The novelist Norman Mailer wrote in The Deer Park, it’s a law of life that “one must grow or else pay more for remaining the same.”
So true, though many people believe that who you are – specifically, your personality – is fixed. In fact, much conventional thinking in psychology holds that our personalities remain constant.
But that’s not accurate: We’re always changing and evolving, in some way – for better or for worse. Many of us mental health professionals witness that occur among our patients. Keep in mind that who we may “become” is being shaped and determined by who we are right at this moment, by the kind of person we are inside; the qualities that we express in our daily lives, relationships and aspirations.
It’s good to see some recent research that confirms our capacity to change and grow dimensions of our personality. Change occurs from awareness of what aspects of our personality we want to develop, and working hard to “practice” them in daily life.
One example: Researchers at the University of Illinois conducted a study that tested the degree to which people could “grow” a particular personality trait or quality over a period of 16 weeks. The research, published in the Journal of Personality and Social Psychology, found that the participants who desired to change some dimension of themselves did so, in contrast to those who displayed less interest. The researchers pointed out that the results were modest, but that they show, “…at the very least, people’s personality traits and daily behavior tend to change in ways that align with their goals for change.”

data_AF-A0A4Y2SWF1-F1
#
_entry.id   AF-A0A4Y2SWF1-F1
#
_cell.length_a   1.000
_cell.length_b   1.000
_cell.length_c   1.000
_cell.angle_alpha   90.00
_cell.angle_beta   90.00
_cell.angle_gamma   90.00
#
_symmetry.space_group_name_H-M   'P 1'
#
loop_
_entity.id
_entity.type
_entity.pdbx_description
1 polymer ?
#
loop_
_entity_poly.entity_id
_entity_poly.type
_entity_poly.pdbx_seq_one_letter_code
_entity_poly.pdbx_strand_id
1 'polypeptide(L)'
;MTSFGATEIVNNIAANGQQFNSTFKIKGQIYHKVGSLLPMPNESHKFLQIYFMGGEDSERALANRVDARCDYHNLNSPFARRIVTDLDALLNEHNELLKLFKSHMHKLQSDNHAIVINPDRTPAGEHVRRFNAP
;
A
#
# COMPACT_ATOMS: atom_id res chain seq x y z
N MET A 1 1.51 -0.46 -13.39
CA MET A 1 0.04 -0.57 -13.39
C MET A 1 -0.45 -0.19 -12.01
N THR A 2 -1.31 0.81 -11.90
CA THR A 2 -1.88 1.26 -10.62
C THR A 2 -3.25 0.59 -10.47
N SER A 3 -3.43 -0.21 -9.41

They explained that it’s an unfolding process: “Goals led to changes in behavior, which led to changes in self-concept, which prompted more behavior change.”
I think this highlights the importance of having a vision of your more “developed” self; some aspect or dimension of your personality that you aspire towards. That has the effect of drawing you towards expressing those qualities of yourself, like being pulled by a magnet. Continue reading